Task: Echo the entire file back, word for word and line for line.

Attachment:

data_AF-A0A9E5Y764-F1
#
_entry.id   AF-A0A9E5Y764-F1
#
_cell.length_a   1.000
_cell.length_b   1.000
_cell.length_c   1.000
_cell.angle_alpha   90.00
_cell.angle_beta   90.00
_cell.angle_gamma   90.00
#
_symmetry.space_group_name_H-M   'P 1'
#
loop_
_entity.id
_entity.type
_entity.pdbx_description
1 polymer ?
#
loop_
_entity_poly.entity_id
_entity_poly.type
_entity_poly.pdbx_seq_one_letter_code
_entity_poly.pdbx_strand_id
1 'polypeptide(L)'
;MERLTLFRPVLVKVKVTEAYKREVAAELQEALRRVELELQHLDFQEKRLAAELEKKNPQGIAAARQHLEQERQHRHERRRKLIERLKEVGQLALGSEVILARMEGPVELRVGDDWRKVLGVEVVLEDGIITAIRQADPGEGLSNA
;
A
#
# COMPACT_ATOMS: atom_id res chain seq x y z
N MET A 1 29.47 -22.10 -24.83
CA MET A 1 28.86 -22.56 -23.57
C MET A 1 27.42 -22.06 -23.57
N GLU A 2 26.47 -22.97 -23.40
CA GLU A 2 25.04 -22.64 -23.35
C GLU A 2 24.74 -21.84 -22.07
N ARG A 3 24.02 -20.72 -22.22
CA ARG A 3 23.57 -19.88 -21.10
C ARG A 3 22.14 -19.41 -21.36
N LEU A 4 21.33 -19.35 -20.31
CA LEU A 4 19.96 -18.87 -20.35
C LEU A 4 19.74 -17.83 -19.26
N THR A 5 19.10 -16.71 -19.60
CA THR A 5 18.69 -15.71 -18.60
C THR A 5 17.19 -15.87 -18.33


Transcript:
data_AF-A0A9E5Y764-F1
#
_entry.id   AF-A0A9E5Y764-F1
#
_cell.length_a   1.000
_cell.length_b   1.000
_cell.length_c   1.000
_cell.angle_alpha   90.00
_cell.angle_beta   90.00
_cell.angle_gamma   90.00
#
_symmetry.space_group_name_H-M   'P 1'
#
loop_
_entity.id
_entity.type
_entity.pdbx_description
1 polymer ?
#
loop_
_entity_poly.entity_id
_entity_poly.type
_entity_poly.pdbx_seq_one_letter_code
_entity_poly.pdbx_strand_id
1 'polypeptide(L)'
;MERLTLFRPVLVKVKVTEAYKREVAAELQEALRRVELELQHLDFQEKRLAAELEKKNPQGIAAARQHLEQERQHRHERRRKLIERLKEVGQLALGSEVILARMEGPVELRVGDDWRKVLGVEVVLEDGIITAIRQADPGEGLSNA
;
A
#
# COMPACT_ATOMS: atom_id res chain seq x y z
N MET A 1 29.47 -22.10 -24.83
CA MET A 1 28.86 -22.56 -23.57
C MET A 1 27.42 -22.06 -23.57
N GLU A 2 26.47 -22.97 -23.40
CA GLU A 2 25.04 -22.64 -23.35
C GLU A 2 24.74 -21.84 -22.07
N ARG A 3 24.02 -20.72 -22.22
CA ARG A 3 23.57 -19.88 -21.10
C ARG A 3 22.14 -19.41 -21.36
N LEU A 4 21.33 -19.35 -20.31
CA LEU A 4 19.96 -18.87 -20.35
C LEU A 4 19.74 -17.83 -19.26
N THR A 5 19.10 -16.71 -19.60
CA THR A 5 18.69 -15.71 -18.60
C THR A 5 17.19 -15.87 -18.33